Oral Health Group
Feature

Smoke Got in My Eyes

June 1, 2003
by Catherine Wilson, Editor


Millions of people attend thousands of trade shows covering hundreds of topics at venues around the world. Some of these venues are as well known as the events they stage. One such venue is Koln-Messe in Cologne, Germany. I’ve been to Cologne five times now, four visits to a food industry event and recently to my first IDS — a superb show, beautifully produced and well attended in spite of world turmoil.

The only problem — I couldn’t see some exhibitors through the cigarette smoke. The thick blue haze clouded those ‘Chicklet white’ smiles. Do you see the irony of a major international dental trade show shrouded in tobacco smoke? Inside the building? At the booths? Vendors espousing the virtues of the latest dental technology while taking a long drag?

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Tobacco is connected to 90 percent of oral cancers. Only 50 percent of oral cancer patients are alive five years after diagnosis. More than one million kids use ‘spit tobacco’ in the mistaken belief it’s safer than smoking.

Tobacco use drains the North American economy of more than US$100 billion in health care costs and lost productivity. This doesn’t include costs associated with diseases caused by environmental tobacco smoke, burn care resulting from cigarette smoking-related fires, or perinatal care for low birth weight infants of mothers who smoke. In Asia, oropharyngeal cancer is the leading cancer in men, and in Africa and Asia it is the third most frequent cancer in women.

The National Cancer Institute says that were it not for tobacco use, oral cancer would be almost nonexistent as a cause of death. Oral cancer, the sixth most common cancer in the world, can develop in any part of the mouth, most commonly on the lips, tongue, roof or floor of the mouth, pharynx or esophagus. Pipe smokers are particularly prone to cancer of the lip.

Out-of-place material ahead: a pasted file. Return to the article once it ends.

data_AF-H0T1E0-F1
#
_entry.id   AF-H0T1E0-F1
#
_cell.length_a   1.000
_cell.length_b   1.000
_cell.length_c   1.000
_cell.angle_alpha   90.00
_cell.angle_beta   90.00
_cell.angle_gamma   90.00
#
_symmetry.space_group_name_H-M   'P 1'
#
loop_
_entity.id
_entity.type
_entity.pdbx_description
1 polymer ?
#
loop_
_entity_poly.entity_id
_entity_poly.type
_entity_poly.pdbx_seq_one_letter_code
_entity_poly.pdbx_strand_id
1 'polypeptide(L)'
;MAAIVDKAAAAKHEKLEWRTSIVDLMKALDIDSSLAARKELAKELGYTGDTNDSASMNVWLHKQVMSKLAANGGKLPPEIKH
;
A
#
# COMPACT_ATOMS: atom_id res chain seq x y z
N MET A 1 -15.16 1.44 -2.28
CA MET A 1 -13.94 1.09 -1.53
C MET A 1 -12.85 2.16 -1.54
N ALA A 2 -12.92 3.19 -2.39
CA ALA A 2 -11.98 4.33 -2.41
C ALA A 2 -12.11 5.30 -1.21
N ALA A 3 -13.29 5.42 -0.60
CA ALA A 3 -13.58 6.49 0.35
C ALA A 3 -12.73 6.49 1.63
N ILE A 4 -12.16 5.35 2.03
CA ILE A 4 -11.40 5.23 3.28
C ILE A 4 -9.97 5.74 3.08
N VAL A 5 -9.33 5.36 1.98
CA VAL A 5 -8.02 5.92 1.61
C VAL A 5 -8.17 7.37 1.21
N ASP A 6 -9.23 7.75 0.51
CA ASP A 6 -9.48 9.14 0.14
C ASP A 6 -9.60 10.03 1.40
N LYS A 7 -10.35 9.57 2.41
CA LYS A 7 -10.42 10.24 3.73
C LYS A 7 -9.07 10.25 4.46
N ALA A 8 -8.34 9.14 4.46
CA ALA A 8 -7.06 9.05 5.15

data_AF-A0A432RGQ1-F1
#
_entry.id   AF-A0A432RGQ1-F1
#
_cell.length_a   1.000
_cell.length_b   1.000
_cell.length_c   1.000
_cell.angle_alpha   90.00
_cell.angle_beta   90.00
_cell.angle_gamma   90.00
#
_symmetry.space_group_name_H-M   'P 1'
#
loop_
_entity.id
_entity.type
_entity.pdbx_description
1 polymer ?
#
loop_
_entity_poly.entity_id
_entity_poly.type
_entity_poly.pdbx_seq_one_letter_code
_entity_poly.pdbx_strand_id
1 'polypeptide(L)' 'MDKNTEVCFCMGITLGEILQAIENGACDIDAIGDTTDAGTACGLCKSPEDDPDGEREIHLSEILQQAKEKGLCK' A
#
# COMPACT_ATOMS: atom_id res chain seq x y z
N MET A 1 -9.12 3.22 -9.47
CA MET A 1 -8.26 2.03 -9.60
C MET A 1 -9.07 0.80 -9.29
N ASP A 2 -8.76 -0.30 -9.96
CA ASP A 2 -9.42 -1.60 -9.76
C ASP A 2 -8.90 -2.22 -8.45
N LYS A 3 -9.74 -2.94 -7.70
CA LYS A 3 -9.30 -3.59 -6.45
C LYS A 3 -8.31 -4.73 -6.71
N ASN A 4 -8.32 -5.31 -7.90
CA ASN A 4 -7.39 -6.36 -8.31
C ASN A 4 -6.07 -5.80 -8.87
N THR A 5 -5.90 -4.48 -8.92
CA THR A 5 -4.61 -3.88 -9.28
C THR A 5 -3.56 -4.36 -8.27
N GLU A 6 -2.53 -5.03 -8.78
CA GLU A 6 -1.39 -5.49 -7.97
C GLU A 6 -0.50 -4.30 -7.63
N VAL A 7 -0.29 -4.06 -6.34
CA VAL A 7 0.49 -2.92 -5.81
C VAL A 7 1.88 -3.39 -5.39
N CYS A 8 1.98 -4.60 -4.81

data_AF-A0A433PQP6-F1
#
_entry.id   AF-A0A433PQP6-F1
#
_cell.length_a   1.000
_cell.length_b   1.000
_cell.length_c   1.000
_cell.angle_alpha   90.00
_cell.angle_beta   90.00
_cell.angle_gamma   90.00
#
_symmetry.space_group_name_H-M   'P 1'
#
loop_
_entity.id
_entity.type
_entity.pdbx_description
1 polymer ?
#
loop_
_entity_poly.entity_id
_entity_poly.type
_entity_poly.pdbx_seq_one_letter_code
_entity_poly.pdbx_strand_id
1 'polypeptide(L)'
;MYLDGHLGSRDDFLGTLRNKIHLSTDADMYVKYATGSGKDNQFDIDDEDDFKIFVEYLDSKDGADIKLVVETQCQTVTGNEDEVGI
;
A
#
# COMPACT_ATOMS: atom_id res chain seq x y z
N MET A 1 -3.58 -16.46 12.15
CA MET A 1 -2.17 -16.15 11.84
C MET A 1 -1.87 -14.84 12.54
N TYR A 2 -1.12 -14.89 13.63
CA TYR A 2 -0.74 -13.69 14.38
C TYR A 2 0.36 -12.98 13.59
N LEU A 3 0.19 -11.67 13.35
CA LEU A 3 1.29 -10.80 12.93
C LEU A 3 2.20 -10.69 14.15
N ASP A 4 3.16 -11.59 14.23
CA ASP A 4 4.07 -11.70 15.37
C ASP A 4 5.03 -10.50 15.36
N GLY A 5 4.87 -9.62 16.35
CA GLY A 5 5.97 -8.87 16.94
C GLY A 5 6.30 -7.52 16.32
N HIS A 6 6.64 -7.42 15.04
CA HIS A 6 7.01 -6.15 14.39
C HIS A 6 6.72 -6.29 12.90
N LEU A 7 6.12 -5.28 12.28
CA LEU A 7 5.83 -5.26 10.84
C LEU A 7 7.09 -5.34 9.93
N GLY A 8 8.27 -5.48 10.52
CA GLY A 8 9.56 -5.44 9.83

In a report entitled, “Preparing for Change in the 21st Century,” Dr. Harold Slavkin, Director, National Institute of Dental Research, stated: “with enormous humility, we need to acknowledge that there has been essentially little or no improvement in the diagnosis, treatment, and prevention of these cancers during the last 48 years.”

All of this at a time of blistering evolution in dental care — when companies are tripping over themselves to get their trays, strips and swabs to market. Tooth-whitening is the hottest issue in cosmetic dentistry and cosmetic dentistry is the hottest specialty in the profession. Consumers are spending US$13 billion a year on ‘professional’ whitening procedures and US$700 million on pastes and gels.

The dental community is the first line of defense in the early detection of oral cancer. And the dental community needs to assume a leadership role if oral cancer is to be brought down from its high ranking as a killer. At the very least, ban smoking from all international dental events. Now that would be truly dazzling.


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